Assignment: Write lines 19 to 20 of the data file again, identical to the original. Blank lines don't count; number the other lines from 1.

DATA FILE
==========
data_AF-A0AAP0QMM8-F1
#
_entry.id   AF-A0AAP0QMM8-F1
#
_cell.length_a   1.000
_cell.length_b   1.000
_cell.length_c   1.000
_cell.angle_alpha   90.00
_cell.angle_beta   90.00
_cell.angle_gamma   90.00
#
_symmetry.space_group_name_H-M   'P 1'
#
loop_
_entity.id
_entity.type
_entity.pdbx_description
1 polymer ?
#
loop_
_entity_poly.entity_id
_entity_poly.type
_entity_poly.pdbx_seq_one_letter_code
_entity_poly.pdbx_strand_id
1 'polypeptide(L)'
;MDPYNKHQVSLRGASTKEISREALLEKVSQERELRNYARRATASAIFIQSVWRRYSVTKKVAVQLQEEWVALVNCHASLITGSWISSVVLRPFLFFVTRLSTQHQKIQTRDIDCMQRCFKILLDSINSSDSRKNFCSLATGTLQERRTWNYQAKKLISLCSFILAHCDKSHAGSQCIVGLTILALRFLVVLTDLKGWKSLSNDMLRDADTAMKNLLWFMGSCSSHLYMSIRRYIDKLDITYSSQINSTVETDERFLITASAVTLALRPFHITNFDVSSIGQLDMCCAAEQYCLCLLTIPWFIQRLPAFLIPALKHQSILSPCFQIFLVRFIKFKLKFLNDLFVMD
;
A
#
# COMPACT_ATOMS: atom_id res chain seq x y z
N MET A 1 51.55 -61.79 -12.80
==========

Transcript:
#
loop_